Wendy Byrd, the head of the Stanislaus County’s NAACP chapter, secured a couple of tickets to the inauguration through the offices of Rep. Dennis Cardoza, D-Merced.
She might end up without one.
She’s going back to Washington with five others from the NAACP, and they’ve agreed to, for lack of a better word, hold a lottery.
“I’m not worried about anything because God will place me wherever,” she said. “It doesn’t have to be a seat up front, just in the area so I can absorb the energy. The energy is going to be so powerful over the whole city. ... realistically, you’re not going to be able to see, especially a short person like me.”
She’s simply excited to take it all in as the National Association for the Advancement of Colored People prepares to celebrate its 100th anniversary.
While she said she couldn’t think of a better way to celebrate those 100 years with the inauguration of the country’s first African-American president, she reiterated that “this is not a black moment or a white moment. It’s the right moment.”
She said Barack Obama caught her attention during the Democratic National Convention in 2004, and knew he was somethign special. His ability to win people over and to be a consensus builder, along with his thoughtfulness, intelligence and organiztion, captivated her.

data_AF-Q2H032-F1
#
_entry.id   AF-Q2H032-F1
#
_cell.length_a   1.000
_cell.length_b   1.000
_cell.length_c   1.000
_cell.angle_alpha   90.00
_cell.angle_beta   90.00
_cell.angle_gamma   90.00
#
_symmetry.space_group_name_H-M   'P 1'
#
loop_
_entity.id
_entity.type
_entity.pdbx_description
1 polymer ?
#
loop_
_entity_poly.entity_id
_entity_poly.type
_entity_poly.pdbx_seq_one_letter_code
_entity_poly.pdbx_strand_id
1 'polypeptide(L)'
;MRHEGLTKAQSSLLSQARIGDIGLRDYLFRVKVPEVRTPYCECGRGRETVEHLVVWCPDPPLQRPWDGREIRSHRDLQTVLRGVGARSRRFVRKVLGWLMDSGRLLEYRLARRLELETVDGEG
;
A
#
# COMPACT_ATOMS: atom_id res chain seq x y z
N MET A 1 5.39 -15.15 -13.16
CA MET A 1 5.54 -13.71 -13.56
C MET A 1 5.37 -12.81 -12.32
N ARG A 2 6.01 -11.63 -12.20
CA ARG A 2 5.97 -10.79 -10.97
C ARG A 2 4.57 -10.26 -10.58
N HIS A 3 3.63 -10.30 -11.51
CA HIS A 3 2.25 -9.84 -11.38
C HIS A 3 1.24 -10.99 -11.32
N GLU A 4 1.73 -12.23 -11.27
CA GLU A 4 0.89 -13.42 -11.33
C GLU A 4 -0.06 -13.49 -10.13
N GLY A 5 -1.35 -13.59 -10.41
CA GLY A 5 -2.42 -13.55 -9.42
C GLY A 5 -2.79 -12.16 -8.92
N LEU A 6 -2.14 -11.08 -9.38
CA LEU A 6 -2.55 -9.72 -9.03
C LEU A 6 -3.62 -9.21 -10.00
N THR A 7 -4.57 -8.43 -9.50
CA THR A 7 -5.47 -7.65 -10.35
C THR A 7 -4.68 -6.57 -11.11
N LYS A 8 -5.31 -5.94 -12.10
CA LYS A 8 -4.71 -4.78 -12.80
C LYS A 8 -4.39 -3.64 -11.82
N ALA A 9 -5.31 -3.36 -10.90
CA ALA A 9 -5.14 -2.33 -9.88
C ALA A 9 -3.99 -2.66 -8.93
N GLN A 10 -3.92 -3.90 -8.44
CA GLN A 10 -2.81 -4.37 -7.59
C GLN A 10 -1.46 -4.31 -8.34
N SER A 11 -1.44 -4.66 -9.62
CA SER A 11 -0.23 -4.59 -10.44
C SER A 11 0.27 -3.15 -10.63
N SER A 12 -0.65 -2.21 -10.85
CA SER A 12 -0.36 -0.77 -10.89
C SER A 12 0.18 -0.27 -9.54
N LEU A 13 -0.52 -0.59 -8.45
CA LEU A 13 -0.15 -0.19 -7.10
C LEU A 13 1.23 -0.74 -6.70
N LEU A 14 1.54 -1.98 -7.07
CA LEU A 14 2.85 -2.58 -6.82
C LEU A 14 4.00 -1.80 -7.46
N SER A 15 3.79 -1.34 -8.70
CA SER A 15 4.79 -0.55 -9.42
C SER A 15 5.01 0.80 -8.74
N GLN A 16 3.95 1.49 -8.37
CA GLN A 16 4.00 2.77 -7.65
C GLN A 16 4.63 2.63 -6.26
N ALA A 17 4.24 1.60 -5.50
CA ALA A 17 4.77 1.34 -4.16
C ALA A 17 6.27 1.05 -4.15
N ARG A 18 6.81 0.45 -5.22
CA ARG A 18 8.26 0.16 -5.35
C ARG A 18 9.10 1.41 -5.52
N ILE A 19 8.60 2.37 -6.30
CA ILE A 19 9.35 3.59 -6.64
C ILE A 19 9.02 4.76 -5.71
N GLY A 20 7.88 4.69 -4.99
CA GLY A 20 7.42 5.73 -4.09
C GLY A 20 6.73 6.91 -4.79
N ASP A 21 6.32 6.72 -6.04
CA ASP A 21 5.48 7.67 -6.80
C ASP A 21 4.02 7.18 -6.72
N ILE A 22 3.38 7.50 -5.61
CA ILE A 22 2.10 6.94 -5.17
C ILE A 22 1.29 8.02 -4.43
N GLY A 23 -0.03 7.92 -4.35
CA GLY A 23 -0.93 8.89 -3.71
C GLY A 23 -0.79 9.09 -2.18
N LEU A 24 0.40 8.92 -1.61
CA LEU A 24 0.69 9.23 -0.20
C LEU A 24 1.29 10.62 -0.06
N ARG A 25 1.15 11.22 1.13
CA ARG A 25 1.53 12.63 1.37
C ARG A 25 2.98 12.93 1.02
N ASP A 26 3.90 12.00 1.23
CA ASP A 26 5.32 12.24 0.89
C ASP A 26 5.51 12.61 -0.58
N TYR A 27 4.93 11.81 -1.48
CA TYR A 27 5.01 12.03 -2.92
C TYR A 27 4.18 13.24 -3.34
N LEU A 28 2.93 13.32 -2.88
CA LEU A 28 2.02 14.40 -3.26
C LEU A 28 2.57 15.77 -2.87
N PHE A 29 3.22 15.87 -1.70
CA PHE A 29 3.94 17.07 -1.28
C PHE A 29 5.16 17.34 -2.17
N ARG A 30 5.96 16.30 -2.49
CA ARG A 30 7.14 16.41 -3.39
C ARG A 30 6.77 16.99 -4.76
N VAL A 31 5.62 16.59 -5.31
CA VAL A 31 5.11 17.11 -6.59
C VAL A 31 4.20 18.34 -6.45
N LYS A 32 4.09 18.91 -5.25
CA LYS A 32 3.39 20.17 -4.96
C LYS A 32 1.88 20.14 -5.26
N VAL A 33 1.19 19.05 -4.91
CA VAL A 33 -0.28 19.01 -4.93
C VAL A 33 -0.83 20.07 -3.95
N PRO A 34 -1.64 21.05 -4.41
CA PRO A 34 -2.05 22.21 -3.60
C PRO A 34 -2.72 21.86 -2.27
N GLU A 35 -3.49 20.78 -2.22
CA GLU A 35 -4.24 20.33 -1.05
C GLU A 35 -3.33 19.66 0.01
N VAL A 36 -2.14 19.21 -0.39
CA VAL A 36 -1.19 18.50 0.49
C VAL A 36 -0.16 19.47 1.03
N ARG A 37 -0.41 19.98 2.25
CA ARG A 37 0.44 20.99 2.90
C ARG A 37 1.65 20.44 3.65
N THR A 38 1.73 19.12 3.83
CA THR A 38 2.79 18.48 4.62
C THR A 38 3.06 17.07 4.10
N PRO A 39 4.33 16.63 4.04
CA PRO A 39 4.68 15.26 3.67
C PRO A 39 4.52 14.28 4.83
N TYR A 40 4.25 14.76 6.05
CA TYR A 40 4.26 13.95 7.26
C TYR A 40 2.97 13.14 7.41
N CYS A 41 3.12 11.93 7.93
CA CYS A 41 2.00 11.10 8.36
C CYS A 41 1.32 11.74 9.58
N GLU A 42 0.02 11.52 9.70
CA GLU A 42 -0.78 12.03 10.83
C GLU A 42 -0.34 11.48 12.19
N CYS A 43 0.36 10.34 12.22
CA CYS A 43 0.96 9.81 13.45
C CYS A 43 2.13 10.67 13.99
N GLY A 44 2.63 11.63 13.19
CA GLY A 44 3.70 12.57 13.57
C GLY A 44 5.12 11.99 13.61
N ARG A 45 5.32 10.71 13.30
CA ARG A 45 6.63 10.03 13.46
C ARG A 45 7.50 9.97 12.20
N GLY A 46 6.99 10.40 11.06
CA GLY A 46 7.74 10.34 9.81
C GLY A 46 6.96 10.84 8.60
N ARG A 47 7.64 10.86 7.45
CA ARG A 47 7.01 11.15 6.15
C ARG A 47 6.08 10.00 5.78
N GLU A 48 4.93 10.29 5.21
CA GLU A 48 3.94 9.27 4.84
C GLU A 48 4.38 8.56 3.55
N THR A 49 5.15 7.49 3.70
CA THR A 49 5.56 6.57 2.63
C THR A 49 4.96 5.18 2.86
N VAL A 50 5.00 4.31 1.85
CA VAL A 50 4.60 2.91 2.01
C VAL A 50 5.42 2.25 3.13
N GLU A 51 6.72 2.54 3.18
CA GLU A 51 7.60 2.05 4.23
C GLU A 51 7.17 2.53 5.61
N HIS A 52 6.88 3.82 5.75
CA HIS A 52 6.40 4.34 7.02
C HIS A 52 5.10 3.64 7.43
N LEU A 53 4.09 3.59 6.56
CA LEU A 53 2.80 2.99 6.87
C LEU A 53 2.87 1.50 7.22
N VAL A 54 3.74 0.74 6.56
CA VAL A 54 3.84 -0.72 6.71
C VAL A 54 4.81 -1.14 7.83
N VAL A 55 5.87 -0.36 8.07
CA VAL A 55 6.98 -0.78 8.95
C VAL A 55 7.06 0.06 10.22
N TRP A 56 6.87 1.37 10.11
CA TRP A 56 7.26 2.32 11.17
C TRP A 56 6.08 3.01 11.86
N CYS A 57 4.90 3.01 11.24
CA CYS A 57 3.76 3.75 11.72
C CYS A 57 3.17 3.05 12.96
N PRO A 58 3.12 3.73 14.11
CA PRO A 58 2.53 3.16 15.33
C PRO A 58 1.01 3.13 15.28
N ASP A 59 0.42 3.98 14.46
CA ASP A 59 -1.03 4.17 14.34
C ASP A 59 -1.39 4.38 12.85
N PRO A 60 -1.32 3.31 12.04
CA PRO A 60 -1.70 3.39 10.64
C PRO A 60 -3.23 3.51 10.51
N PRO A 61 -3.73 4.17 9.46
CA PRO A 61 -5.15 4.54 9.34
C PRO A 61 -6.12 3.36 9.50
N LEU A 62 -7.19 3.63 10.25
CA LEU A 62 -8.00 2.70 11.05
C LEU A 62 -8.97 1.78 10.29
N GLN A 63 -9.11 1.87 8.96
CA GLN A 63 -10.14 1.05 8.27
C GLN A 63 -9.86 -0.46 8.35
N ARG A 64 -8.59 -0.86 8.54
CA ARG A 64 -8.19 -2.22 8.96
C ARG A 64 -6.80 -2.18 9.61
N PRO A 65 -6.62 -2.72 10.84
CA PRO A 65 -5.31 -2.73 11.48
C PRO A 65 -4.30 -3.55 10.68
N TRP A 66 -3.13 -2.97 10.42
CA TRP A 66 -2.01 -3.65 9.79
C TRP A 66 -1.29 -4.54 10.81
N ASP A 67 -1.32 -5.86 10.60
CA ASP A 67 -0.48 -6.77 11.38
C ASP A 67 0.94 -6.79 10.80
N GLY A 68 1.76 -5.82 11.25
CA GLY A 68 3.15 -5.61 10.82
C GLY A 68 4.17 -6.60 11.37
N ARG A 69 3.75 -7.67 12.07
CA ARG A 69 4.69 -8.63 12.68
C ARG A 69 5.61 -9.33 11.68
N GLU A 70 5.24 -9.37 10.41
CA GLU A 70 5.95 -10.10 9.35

“He knows how to relate to ordinary people,” she said. “He knows how to build from the bottom up rather than the top down. There are more people on the bottom than on the top, and like any other structure, when you eliminate the middle part or bottom part, it’s going to collapse.”
Through her ties with the NAACP, and other community groups, she says she’ll have more than 100 functions to attend. She’ll do some networking and enjoy “having an open schedule.”
While balls and fancy dances before and after the inauguration are great, Byrd, who will be staying in Baltimore and using the train to get to Washington D.C., wants to spend time with people who focus their attention at the grassroots level.
“I want to go to the events where the ordinary, common folk are,” she said.